After digging into the details I decided to participate. The contest asks me to post a photo for four weeks with the hashtag #ForgivenessChallenge, each one depicting a forgiveness exercise.
Why do it? See, I struggle with forgiveness, and wrote about it last November. Perhaps this is my greatness struggle. I really have a hard time letting people off the hook when I perceive they have wronged me.
Yet I know by failing to forgive others, I end up punishing and limiting myself more than anything. And it’s painful to carry around garbage. I really do see these things as spiritual garbage weighing myself and others down.
Plus, how can I have my kid be a part of this, and not take the challenge myself? It seems hypocritical to me.
Knowing these things, I have decided to work on forgiveness through the Challenge. I bought Archbishop Tutu’s new book The Book of Forgiving, and intend to read it over the weekend.
We’ll see where the exercises take me. Here are the four tasks and my first entry in case you are interested.
Week 1: Are you ready to forgive?
Hold a printed or hand written sign, create a graphic, take a photo that represents something you feel expresses forgiveness.
Week 2: I/we forgive ______
Show us that you forgive. Examples might be a family, a single person, people hugging in the universal gesture of love and forgiveness.
Week 3: Please forgive me for_______
We have all done things we regret. What have you done that you feel you need to be forgiven for? Here’s your chance. Post a photo that expresses your need to be forgiven.
Week 4: Show us how you forgive
We forgive to begin to heal ourselves. How can you show forgiveness in action?
But the deeper I dig into the “free Getty Images” announcement, the less I like it. Some of the issues include:
Turning bloggers into sales reps by making a licensing disclosure a part of embeds as well as sharing buttons.
Providing thousands of complimentary links to Getty’s site thanks to the embeds on bloggers site.
Limiting image size, in turn defying the trend towards responsive design.
Hoping that amateur photographers will resubmit their portfolio through a weak uploading site and app.
Assuming that amateur and pro photogs will promote their partial limited Getty portfolio instead of their full portfolios on websites, Flickr and Instagram, all of which already have organic followings.
Deploying unfriendly and limited embed and sharing functionality on the photos.
As a Getty Images licensed photographer with a whopping total of 11 photos on the site, these details don’t motivate me to use their service, both as a blogger and as a photographer. It’s nice to say that I have been licensed, but that’s about the sole value of it.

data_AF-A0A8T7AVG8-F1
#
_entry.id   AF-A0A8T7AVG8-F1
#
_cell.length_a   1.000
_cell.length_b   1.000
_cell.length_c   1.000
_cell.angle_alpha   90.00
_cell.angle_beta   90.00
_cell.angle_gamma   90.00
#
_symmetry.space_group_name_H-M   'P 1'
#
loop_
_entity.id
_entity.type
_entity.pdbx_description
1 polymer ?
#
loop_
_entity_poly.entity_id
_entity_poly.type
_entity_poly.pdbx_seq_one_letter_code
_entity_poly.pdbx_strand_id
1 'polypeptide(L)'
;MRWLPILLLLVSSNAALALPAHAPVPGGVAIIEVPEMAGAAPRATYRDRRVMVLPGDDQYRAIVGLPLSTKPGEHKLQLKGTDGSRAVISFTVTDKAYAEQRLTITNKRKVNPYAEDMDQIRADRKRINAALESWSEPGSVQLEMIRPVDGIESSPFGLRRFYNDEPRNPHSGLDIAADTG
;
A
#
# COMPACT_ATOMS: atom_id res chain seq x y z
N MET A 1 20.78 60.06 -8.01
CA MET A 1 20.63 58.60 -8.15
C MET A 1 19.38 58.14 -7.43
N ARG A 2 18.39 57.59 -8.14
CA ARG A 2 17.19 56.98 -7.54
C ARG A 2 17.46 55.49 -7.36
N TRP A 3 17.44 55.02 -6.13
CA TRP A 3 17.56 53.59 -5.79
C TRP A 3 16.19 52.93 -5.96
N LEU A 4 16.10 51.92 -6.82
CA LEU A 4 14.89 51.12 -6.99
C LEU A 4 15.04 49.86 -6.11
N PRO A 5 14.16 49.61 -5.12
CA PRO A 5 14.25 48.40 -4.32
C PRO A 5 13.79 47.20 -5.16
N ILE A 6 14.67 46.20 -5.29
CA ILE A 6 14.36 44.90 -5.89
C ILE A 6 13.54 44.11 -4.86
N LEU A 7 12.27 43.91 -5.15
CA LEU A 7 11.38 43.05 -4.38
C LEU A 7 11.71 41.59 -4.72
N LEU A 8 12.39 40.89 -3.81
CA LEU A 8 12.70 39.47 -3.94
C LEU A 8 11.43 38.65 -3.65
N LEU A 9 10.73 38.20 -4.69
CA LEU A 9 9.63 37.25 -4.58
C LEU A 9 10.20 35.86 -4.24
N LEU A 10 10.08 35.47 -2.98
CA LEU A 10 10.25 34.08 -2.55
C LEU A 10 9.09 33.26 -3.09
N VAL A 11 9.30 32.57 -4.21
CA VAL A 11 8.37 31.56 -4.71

As a result, Getty Images has to have suffered lost licensing fees, and has definitely experienced increased piracy. The move represents a measured gesture to capture some of that social photo and content marketplace. Why else would Getty Images suddenly severe its Flickr relationship, and tell Flickr/Getty Image portfolio members they can soon upload directly? Perhaps they will give bloggers an affiliate deal on licenses next?
While Getty Images brings quality and reputation to the table, it doesn’t offer ease of use, accessiblity, or transparency (e.g. money and licensing fees gained). These moves are not enough in the larger context of digital photography ecosystem.
Flickr celebrated 10 years of serving photos earlier this month, making it an old man amongst social networks. But the photo network is still relevant today, ranking in the top 10 social networks thanks to a resurgence under Marissa Mayer’s watch. In fact, Flickr is now ranked just one spot behind rival photo network Instagram.
In the past two years, Yahoo! redesigned the site to give it a modern feel, added new apps, gave photographers a massive amount of free space (one terabyte), and continues to evolve its feature set. Most recently, Flickr added Creations, an easy way for photographers to create their own Photo Books. The series of changes has produced a visual renaissance.
Flickr has 92 million users now, from amateur to the most professional of photgraphers. Unlike Instagram, Flickr’s robust copyright protection mechanisms provides more experienced photgraphers a safe place to post, in turn attracting higher quality images.
While Instagram may be the place for casual photo sharing and in-the-moment visual hashtagged memes, Flickr offers a search beast and credibility. Google, Bing and Yahoo alike index the site, and offer its images in their results. Tagging drives additional native search traffic, too. As a result, Flickr is a top resource for those looking for creative photos.
In my opinion, Yahoo!’s Flickr may overtake Facebook’s Instagram as the number one photography social network. What a coup that would be for Marissa Mayer.
I post on both Flickr and Instagram, and I can safely say that I have never had an Instagram photo featured in a news story, book, or on Getty Images. My works on Flickr have been featured in three books, twelve were licensed by Getty Images, and hundreds have been featured in blogs around the world.
In fact, Flickr is so powerful that my photo blog regularly outperforms this blog every month. I am expecting my one millionth photo view (none of which include me) early this Spring, outpacing this blog’s page views (which includes the old Now Is Gone blog, launched at roughly the same time as my Flickr blog, but not the Buzz Bin from 2006-9).